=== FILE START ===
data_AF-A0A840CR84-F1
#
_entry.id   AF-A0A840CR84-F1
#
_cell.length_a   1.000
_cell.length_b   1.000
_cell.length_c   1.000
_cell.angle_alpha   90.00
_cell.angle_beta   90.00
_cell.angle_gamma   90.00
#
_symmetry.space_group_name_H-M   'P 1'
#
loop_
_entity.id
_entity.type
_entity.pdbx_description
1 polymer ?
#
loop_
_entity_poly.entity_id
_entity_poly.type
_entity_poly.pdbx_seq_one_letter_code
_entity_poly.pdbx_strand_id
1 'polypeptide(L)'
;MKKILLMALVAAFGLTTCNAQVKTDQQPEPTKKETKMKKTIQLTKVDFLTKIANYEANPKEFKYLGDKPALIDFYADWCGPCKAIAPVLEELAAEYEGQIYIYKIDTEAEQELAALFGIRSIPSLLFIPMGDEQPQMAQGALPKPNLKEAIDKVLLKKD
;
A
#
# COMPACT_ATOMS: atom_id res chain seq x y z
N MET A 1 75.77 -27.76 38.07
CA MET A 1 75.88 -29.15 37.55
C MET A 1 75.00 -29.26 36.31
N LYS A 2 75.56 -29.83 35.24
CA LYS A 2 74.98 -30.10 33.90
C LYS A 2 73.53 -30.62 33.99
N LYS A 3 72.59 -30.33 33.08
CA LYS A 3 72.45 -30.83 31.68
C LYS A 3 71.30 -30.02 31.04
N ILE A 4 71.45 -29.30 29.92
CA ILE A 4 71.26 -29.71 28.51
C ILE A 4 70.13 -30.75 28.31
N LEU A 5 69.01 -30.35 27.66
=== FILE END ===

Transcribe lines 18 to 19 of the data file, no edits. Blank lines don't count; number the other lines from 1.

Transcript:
1 polymer ?
#